The Management of Grief

by Bharati Mukherjee

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What is the theme of "The Management of Grief"?

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Certainly, many themes abound in this excellent short story concerning the sudden tragic death of the narrator's husband and two sons in a plane crash. However, a theme that is explored in much of the writings of the author is the way that the characters engage in a search for their own identity.

Shaila, the narrator of this story, is a passive character, and not just because of her grief. Having played the role of dutiful wife and mother for so long, she is then smothered by the attentions of those around her. As she remembers, this happened once before:

They remind me of when my sons were small, on Mother's day or when Vikram and I were tired, and they would make big, sloppy omelettes. I would lie in bed pretending I didn't hear them.

From this situation of being a passive character, Shaila gradually begins to find her voice and herself as the story develops and as she accepts the reality of what has happened to her. The silence that she had adoped for so long in her married life, along with her concerns that she never told her husband that she loved him, are symbolically destroyed when she throws into the waters where the plane crashed a poem concerning her love for him:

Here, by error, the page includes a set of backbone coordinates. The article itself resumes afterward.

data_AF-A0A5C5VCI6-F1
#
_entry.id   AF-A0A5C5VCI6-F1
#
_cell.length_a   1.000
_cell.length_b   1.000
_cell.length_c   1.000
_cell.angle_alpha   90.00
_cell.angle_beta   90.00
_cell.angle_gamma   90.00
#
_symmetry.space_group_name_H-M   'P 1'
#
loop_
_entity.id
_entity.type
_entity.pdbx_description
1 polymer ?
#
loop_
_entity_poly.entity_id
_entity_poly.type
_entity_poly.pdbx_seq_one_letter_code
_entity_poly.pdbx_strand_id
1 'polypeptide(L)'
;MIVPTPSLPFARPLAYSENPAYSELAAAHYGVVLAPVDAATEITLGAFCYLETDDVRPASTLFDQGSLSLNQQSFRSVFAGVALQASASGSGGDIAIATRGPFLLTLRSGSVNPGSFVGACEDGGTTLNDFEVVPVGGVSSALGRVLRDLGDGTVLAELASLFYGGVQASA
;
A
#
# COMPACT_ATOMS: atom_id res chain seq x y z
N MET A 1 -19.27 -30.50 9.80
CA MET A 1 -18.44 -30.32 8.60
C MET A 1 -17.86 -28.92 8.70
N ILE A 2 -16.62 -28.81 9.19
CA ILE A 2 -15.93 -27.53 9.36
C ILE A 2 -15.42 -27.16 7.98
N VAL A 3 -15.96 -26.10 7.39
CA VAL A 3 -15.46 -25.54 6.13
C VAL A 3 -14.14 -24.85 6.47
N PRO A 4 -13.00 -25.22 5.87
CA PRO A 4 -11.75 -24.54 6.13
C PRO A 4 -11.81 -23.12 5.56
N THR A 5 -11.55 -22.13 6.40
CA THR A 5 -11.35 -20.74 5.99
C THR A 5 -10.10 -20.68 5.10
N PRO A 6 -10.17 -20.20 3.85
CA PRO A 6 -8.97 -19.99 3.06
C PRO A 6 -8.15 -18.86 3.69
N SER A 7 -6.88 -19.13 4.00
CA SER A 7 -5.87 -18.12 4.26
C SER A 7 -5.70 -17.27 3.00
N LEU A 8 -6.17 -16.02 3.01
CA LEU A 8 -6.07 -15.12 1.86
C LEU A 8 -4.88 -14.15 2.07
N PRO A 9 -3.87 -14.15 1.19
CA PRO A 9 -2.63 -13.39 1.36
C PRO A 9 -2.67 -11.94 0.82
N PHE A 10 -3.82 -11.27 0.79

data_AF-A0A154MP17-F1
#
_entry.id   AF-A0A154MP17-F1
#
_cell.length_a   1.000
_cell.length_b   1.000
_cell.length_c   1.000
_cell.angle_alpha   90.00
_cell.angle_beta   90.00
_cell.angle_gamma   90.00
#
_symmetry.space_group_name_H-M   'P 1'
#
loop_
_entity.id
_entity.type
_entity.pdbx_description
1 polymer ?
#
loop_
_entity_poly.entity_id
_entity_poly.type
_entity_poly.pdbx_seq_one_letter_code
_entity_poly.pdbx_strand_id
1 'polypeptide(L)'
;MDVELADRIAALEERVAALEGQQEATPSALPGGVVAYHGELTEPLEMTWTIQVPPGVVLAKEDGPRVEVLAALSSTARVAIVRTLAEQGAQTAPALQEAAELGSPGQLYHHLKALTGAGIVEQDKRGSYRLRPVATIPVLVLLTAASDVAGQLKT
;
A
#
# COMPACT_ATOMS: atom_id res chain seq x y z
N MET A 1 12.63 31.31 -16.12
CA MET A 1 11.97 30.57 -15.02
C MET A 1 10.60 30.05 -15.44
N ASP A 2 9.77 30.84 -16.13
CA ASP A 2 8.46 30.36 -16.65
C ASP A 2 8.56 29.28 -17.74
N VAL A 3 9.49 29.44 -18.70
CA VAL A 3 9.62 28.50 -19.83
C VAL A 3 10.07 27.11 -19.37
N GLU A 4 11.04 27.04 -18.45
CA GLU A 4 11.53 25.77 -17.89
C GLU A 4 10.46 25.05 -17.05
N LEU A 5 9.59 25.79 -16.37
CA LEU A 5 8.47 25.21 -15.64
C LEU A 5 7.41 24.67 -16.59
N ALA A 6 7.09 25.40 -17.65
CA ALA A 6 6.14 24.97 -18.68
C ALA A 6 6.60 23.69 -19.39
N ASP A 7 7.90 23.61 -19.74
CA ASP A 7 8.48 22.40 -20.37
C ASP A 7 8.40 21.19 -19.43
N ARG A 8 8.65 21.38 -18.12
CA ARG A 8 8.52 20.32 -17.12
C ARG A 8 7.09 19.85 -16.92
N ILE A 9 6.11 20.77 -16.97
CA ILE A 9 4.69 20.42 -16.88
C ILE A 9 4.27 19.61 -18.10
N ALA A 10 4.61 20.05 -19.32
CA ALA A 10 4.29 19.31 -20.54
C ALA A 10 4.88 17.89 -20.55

For him I let fall into the calm, glassy waters a poem I wrote in the hospital yesterday. Finally he'll know my feelings for him.

However, the most significant moment concerning Shaila's search for her own self and identity is at the end of the tale, when she decides to continue the work that she had started in leaving India with her husband:

A wife and mother begins her new life in a new country, and that life is cut short. Yet her husband tells her: Complete what we have started... I no longer know what we started, nor how to complete it.

Yet, at the close of the story, we see Shaila hearing the voices of her family and responding to them, striking out a new path and continuing the "voyage" with such an uncertain destination. Yet the biggest and most important thing is that Shaila, in response to these voices, "starts walking." She has found herself and her identity.

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